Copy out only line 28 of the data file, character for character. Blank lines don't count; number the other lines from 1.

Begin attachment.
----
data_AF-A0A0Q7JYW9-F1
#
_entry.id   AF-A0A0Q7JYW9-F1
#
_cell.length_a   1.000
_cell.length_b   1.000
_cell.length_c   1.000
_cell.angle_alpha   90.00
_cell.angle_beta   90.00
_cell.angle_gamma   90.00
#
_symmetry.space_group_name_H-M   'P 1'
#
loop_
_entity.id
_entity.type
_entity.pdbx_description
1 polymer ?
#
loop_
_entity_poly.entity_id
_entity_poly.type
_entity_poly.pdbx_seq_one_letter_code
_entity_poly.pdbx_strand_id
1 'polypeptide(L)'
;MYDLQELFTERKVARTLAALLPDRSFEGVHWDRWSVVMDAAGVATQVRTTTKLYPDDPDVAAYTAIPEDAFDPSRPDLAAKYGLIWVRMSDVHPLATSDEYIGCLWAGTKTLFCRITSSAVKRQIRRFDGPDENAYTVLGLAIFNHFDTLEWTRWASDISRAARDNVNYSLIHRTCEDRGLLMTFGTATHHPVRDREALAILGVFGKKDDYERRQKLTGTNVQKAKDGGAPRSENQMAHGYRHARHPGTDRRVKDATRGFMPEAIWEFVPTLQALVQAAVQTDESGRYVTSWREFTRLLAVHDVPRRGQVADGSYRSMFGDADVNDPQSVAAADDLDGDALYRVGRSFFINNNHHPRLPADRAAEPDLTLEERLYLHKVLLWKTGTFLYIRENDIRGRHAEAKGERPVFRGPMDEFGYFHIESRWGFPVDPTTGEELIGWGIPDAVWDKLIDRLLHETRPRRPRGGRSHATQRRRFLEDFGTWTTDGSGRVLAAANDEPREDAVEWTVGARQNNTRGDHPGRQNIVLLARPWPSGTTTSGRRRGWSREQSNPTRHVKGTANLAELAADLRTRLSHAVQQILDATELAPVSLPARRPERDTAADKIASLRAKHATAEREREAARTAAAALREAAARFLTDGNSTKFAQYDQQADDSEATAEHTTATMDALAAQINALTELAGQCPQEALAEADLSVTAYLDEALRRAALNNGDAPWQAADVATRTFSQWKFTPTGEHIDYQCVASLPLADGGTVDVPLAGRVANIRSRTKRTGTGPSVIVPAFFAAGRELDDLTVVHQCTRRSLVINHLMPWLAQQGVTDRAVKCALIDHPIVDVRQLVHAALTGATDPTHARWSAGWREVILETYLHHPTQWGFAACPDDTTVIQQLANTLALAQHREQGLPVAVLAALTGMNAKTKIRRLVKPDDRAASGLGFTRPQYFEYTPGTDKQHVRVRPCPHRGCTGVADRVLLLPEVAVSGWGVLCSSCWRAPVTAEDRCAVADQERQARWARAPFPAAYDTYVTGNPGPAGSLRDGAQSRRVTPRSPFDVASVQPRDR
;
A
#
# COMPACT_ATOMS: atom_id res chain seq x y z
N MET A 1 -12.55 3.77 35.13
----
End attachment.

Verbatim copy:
A